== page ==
Views on Carnegie’s Philosophy on Philanthropy



In the late 1920s, great American industrial giant, Andrew Carnegie found, Modern American charitable trusts. In Carnegie’s “The Gospel of Wealth,”-its’ basic principle lays the ideological foundation for modern American foundations. His thoughts on wealth are bold. It challenges, creativity, which inspires scientific administration and application of wealth surplus to benefit society. Society, thus, gains long-term stability and; beneficiaries reap long-lasting social interests. From the late 1930s to the beginning of the 20th century, Americans regarded philanthropy as one of the most effective ways for public figures to build societal image. Some readings and books related to Carnegie’s philosophy on Philanthropy. Challenge whether traditional understandings on wealthy individuals’ philanthropy were either passively motivated or ill-intentioned. Using Andrew Carnegie’s philosophy on philanthropy as a case study, this article studies the most important economic and political figure Andrew Carnegie in the period of American industrialization. This article analyzes his thoughts and practices, its influences on the country’s philanthropic culture, as well as continuing developments on socialist democratic society.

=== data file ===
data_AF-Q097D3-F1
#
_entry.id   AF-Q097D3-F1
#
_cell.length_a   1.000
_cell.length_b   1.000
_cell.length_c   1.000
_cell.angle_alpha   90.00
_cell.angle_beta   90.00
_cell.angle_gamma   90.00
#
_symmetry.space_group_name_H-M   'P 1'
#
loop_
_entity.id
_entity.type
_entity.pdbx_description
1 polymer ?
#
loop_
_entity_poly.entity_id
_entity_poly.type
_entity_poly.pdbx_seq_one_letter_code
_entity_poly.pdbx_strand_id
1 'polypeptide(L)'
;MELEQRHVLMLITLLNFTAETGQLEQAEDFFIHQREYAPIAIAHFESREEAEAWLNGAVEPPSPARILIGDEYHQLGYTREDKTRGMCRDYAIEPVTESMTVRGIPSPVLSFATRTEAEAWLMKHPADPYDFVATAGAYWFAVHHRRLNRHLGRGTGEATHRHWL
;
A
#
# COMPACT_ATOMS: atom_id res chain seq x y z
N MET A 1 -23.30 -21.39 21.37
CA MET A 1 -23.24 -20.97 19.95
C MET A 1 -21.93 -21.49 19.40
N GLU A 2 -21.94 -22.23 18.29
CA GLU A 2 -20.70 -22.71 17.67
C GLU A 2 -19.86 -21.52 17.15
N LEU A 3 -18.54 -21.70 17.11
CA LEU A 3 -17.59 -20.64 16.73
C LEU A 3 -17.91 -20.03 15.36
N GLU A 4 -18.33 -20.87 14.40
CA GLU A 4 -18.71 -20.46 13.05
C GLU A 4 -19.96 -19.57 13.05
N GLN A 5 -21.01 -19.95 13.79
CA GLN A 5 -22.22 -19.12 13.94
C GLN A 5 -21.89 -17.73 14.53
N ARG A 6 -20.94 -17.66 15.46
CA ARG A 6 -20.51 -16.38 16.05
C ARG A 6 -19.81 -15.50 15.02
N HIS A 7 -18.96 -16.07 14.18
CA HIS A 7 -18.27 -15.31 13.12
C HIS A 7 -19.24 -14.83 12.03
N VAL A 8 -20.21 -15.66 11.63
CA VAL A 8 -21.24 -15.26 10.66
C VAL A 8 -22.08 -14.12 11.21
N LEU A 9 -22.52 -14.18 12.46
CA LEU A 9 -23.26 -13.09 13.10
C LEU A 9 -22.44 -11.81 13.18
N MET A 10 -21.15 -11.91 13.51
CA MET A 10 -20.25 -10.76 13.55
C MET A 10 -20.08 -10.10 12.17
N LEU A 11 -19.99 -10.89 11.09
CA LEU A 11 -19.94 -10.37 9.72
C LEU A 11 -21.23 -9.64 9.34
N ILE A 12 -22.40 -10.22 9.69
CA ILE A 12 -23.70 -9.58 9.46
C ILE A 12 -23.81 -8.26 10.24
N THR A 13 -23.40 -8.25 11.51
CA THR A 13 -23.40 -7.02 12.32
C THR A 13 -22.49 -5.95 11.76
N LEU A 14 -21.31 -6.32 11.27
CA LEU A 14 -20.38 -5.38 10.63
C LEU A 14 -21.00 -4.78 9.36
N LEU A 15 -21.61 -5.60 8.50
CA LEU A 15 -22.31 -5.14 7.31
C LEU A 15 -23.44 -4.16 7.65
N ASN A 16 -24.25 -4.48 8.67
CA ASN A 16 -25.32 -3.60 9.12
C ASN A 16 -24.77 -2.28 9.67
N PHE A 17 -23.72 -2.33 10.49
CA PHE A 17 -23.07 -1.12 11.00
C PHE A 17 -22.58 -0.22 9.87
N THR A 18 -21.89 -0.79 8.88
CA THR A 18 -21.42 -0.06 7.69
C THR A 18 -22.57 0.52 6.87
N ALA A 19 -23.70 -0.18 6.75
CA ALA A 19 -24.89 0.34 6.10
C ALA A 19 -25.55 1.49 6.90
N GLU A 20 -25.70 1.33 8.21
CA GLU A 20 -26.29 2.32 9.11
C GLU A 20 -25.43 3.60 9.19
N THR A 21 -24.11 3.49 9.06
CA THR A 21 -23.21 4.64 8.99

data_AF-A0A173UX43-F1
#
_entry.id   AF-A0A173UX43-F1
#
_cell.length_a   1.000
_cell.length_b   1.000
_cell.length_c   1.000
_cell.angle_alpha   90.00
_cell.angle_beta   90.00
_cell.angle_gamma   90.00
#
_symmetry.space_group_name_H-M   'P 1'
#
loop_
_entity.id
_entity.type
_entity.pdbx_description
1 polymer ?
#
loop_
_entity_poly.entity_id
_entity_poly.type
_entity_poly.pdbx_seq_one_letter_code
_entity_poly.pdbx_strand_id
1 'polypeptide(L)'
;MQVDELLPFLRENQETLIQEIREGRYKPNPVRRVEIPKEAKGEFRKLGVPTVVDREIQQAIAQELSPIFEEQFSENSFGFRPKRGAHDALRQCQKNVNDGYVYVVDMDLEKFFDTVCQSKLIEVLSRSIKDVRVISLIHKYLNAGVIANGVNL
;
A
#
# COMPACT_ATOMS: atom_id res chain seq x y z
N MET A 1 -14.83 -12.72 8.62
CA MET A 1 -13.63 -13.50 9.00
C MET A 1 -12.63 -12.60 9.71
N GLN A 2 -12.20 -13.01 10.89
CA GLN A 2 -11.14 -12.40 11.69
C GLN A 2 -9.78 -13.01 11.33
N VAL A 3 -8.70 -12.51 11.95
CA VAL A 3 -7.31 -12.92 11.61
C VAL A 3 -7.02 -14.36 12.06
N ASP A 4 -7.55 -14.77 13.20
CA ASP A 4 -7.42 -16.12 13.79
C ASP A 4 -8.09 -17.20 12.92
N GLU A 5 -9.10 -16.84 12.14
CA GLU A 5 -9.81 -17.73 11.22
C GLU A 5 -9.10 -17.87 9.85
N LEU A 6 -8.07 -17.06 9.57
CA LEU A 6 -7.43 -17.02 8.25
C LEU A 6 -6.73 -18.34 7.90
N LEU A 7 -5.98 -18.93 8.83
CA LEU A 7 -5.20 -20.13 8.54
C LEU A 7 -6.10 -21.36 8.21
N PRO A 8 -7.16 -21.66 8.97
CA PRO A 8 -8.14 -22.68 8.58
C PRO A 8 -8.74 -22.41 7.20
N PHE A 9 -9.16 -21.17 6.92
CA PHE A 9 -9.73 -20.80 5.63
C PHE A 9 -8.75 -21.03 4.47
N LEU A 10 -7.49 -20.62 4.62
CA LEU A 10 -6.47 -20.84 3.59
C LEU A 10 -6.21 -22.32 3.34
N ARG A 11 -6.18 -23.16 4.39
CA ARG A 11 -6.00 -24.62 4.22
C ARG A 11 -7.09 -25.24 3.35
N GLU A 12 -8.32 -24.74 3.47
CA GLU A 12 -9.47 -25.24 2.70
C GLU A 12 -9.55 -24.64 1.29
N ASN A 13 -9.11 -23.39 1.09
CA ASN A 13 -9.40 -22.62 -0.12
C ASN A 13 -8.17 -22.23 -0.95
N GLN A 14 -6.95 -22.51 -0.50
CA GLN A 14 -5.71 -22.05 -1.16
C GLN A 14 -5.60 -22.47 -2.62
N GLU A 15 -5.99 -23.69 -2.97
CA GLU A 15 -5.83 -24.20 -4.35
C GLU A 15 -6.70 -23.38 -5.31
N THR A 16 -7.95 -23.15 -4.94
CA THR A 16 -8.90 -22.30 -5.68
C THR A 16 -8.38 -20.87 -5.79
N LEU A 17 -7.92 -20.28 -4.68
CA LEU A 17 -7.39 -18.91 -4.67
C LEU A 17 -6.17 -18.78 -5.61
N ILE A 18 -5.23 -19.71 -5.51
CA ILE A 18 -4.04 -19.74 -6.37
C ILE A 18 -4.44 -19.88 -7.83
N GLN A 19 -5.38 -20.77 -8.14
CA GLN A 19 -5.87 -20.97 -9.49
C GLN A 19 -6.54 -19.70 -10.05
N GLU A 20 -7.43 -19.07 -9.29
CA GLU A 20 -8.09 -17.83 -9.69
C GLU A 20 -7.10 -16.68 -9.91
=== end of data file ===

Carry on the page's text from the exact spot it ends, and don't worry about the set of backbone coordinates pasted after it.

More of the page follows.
Philanthropy; Distribute; Interest; Philosophy

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Carnegie, A. (2016). The gospel of wealth essays and other writings. Penguin Classics.

McCloskey, R. G. (1951). American conservatism in the age of enterprise. Harvard University Press.

Winkler, J. K. (1931). Incredible Carnegie: The life of Andrew Carnegie (1835-1919). New York: The Vanguard Press.

Zunz, O. (2012). Philanthropy in America: a history. Princeton University Press.



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